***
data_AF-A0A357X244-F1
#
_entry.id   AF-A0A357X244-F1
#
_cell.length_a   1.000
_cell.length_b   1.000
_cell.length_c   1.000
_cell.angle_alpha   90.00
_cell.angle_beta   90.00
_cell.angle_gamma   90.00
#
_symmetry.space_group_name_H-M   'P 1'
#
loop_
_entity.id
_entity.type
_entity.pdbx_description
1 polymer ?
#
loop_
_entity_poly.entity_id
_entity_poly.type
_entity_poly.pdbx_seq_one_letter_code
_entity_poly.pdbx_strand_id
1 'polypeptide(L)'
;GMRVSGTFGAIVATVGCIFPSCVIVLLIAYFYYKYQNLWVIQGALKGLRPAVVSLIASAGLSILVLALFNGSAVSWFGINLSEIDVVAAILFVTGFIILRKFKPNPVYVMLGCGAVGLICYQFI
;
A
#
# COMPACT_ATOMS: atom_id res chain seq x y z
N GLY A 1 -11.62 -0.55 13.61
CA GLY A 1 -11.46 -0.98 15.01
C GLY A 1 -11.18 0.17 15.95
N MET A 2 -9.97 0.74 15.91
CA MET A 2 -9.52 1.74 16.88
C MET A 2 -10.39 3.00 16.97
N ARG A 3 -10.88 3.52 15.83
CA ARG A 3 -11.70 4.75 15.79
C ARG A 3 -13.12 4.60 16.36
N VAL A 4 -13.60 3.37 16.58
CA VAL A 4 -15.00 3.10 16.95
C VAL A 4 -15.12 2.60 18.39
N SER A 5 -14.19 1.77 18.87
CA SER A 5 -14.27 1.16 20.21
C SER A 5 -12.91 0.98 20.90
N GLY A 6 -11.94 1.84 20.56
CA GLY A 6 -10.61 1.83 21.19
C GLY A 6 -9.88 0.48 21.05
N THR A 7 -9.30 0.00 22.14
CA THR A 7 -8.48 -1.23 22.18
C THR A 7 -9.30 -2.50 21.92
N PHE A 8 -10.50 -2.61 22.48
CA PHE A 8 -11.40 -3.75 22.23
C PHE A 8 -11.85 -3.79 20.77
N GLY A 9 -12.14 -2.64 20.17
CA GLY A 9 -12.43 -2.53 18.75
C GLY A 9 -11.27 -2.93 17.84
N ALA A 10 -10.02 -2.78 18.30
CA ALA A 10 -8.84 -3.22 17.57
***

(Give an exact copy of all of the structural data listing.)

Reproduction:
data_AF-A0A357X244-F1
#
_entry.id   AF-A0A357X244-F1
#
_cell.length_a   1.000
_cell.length_b   1.000
_cell.length_c   1.000
_cell.angle_alpha   90.00
_cell.angle_beta   90.00
_cell.angle_gamma   90.00
#
_symmetry.space_group_name_H-M   'P 1'
#
loop_
_entity.id
_entity.type
_entity.pdbx_description
1 polymer ?
#
loop_
_entity_poly.entity_id
_entity_poly.type
_entity_poly.pdbx_seq_one_letter_code
_entity_poly.pdbx_strand_id
1 'polypeptide(L)'
;GMRVSGTFGAIVATVGCIFPSCVIVLLIAYFYYKYQNLWVIQGALKGLRPAVVSLIASAGLSILVLALFNGSAVSWFGINLSEIDVVAAILFVTGFIILRKFKPNPVYVMLGCGAVGLICYQFI
;
A
#
# COMPACT_ATOMS: atom_id res chain seq x y z
N GLY A 1 -11.62 -0.55 13.61
CA GLY A 1 -11.46 -0.98 15.01
C GLY A 1 -11.18 0.17 15.95
N MET A 2 -9.97 0.74 15.91
CA MET A 2 -9.52 1.74 16.88
C MET A 2 -10.39 3.00 16.97
N ARG A 3 -10.88 3.52 15.83
CA ARG A 3 -11.70 4.75 15.79
C ARG A 3 -13.12 4.60 16.36
N VAL A 4 -13.60 3.37 16.58
CA VAL A 4 -15.00 3.10 16.95
C VAL A 4 -15.12 2.60 18.39
N SER A 5 -14.19 1.77 18.87
CA SER A 5 -14.27 1.16 20.21
C SER A 5 -12.91 0.98 20.90
N GLY A 6 -11.94 1.84 20.56
CA GLY A 6 -10.61 1.83 21.19
C GLY A 6 -9.88 0.48 21.05
N THR A 7 -9.30 0.00 22.14
CA THR A 7 -8.48 -1.23 22.18
C THR A 7 -9.30 -2.50 21.92
N PHE A 8 -10.50 -2.61 22.48
CA PHE A 8 -11.40 -3.75 22.23
C PHE A 8 -11.85 -3.79 20.77
N GLY A 9 -12.14 -2.64 20.17
CA GLY A 9 -12.43 -2.53 18.75
C GLY A 9 -11.27 -2.93 17.84
N ALA A 10 -10.02 -2.78 18.30
CA ALA A 10 -8.84 -3.22 17.57